–Jesus, how can I return Your love; how can I show my gratitude to You?

DEC. 16 – THE OX

Lead the ox to the crib. Obey cheerfully without making excuses and without asking “why.”

–I will obey for love of You, Jesus.

Bring the donkey to the crib. Offer to the Divine Infant your bodily strength; use it in the service of others.

–Jesus, accept my service of love; I offer it for those who do not love You.

Gather some presents for the Divine Infant and His Blessed Mother. Give alms for the poor and say an extra decade of the rosary.

–Come, Jesus, to accept my gifts and to take possession of my heart.

Strive to bring some little lambs, meek and patient. Do not murmur or complain.

–Jesus, meek and humble of heart, make my heart like unto Thine.

Invite the shepherds to pay homage to our newborn King. Imitate their watchfulness; stress in your speech and thoughts the idea that Christmas is important because Jesus will be born again in you.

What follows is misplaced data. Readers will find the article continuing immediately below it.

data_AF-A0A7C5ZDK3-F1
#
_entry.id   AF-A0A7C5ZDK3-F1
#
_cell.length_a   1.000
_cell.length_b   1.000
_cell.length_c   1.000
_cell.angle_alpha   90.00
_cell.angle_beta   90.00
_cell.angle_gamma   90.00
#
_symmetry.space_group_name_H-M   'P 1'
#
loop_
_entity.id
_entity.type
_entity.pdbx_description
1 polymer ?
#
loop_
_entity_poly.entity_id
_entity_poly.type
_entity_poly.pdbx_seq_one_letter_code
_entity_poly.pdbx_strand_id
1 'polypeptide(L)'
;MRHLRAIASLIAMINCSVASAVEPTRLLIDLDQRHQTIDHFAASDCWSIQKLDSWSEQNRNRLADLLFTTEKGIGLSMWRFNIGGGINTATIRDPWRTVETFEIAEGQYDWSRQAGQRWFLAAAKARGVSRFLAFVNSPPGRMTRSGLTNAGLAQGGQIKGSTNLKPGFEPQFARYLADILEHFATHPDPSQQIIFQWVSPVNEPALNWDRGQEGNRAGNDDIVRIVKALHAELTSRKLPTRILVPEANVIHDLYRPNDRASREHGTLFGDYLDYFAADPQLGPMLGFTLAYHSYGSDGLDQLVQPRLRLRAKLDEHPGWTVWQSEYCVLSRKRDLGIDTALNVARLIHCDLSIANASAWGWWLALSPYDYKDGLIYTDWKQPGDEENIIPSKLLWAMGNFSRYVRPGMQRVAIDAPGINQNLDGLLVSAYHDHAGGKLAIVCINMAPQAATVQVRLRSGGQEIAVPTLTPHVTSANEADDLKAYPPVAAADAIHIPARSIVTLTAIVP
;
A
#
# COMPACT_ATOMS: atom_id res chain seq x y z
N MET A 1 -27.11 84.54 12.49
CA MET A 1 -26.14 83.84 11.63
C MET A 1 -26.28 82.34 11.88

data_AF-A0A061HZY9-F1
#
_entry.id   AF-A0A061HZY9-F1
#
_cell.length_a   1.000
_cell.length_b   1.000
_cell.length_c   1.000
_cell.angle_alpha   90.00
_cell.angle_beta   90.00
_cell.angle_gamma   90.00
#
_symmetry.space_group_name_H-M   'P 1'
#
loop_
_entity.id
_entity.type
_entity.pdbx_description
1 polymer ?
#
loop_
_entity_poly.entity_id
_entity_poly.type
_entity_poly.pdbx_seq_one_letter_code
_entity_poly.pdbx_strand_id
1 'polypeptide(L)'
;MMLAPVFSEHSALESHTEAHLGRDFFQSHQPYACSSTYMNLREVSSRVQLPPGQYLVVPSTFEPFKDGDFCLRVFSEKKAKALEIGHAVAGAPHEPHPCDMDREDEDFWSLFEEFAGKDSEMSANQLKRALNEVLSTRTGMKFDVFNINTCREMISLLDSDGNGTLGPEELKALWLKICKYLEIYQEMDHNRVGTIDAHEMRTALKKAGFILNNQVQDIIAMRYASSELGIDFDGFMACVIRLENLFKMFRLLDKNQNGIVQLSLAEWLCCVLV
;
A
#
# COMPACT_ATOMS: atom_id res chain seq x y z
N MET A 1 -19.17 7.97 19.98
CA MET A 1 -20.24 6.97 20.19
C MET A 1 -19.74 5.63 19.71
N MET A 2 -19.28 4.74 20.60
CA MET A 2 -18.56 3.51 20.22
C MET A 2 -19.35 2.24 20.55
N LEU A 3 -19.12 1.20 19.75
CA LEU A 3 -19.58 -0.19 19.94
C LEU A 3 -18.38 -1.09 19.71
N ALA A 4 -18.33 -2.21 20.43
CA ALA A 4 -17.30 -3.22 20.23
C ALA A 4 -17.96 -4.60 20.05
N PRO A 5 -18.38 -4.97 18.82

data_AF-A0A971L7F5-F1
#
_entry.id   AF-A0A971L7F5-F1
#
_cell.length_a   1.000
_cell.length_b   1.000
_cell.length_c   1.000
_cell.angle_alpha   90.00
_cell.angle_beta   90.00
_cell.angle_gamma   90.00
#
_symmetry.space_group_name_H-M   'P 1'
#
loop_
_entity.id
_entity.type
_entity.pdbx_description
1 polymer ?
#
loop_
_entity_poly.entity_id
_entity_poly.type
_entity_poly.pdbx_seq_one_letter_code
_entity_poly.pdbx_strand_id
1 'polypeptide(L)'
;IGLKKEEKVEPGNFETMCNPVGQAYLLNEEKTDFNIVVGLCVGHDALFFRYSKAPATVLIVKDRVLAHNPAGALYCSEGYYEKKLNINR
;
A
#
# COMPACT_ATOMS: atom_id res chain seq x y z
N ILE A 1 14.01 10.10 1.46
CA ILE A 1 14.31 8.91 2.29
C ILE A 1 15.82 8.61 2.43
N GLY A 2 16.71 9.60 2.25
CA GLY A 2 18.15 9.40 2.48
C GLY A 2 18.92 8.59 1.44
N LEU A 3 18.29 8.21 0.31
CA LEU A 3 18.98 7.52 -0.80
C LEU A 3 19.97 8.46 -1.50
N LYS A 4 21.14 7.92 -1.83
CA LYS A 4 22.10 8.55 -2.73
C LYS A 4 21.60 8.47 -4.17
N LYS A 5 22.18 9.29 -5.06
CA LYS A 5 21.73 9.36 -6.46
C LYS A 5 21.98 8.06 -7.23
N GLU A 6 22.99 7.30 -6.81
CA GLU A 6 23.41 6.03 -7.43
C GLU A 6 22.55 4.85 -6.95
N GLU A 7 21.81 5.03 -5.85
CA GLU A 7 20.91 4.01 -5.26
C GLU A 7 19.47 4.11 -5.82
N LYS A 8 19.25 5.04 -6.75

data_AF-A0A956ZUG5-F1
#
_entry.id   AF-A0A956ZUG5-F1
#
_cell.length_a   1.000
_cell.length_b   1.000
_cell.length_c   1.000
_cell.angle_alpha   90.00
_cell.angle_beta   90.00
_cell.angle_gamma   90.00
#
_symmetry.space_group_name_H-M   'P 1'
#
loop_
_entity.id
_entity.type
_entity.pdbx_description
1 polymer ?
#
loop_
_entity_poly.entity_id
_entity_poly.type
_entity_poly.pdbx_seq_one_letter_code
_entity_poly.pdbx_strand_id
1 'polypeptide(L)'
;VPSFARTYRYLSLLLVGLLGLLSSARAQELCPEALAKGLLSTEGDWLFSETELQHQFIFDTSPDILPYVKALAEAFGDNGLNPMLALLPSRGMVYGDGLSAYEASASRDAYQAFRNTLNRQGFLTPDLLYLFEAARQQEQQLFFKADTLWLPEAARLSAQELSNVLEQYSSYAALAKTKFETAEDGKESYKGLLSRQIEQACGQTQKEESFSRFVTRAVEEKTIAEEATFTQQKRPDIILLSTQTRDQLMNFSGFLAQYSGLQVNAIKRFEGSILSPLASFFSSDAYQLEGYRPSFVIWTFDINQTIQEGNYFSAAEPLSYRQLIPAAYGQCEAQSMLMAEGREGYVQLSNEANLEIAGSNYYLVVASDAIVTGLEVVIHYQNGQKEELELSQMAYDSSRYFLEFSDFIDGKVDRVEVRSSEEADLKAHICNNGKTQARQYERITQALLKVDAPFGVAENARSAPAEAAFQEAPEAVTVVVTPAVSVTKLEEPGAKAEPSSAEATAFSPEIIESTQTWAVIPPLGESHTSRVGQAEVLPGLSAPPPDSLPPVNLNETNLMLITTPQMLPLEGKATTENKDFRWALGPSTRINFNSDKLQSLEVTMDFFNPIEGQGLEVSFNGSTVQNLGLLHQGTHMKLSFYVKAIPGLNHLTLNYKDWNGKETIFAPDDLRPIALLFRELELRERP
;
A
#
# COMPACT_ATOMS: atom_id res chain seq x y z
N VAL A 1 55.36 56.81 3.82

–Jesus, teach me to love You above all things.


Provide the stable with a key to keep out thieves. Exclude from your heart every sinful thought, every rash judgment.

— Dear Jesus, close my heart to all that hurts You.

Invite the angels to adore God with you. Cheerfully obey the inspirations of your guardian angel and of your conscience.

–Holy Guardian Angel, never let me forget that you are with me always.

Accompany Saint Joseph from door to door. Learn from him silently and patiently to bear refusals and disappointments. Open wide your heart and beg him to enter with the Blessed Virgin Mary.

–Saint Joseph, help me to prepare for a worthy Christmas Communion.

Go meet your Blessed Mother. Lead her to the manger of your heart and beg her to lay the Divine Infant in it. Shorten your chats and telephone conversations and spend more time today thinking of Jesus and Mary and Joseph.

–Come, dear Jesus, Come; my heart belongs to You.

Fr. Franco Pereira, S.D.B.